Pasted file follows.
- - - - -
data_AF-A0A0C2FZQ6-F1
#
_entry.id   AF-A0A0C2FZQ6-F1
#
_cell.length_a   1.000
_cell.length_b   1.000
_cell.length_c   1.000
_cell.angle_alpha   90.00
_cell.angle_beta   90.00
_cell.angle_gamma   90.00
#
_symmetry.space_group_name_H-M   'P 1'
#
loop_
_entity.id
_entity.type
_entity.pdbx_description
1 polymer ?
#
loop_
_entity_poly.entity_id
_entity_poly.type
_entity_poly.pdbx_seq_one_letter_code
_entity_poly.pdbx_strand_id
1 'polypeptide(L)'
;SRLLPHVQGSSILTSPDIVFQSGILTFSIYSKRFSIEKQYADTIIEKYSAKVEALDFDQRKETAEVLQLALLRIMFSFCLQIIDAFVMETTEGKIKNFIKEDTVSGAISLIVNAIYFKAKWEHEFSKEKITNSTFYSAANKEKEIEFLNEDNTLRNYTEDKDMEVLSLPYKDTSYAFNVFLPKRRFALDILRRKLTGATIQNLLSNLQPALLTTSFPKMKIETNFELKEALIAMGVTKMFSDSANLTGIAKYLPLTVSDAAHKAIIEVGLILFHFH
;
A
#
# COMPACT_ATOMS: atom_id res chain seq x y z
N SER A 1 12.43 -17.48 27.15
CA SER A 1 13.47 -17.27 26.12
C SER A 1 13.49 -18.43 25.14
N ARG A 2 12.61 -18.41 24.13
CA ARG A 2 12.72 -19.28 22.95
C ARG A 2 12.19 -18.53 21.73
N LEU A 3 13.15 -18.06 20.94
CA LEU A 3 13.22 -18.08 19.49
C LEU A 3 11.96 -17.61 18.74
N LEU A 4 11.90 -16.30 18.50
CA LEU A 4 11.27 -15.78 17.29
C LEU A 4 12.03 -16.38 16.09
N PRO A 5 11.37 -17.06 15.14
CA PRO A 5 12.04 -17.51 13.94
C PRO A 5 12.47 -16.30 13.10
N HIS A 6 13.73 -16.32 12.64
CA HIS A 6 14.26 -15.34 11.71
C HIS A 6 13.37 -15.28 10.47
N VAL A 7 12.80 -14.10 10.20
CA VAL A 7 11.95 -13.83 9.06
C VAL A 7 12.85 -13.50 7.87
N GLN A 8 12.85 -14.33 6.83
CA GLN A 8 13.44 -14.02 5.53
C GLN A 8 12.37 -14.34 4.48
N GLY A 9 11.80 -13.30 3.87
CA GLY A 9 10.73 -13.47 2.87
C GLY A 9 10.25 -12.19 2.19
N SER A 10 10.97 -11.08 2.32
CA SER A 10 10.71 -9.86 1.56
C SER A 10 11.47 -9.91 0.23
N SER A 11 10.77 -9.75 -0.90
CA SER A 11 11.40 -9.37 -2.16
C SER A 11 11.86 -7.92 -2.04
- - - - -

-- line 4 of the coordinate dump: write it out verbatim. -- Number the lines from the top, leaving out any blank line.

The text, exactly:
#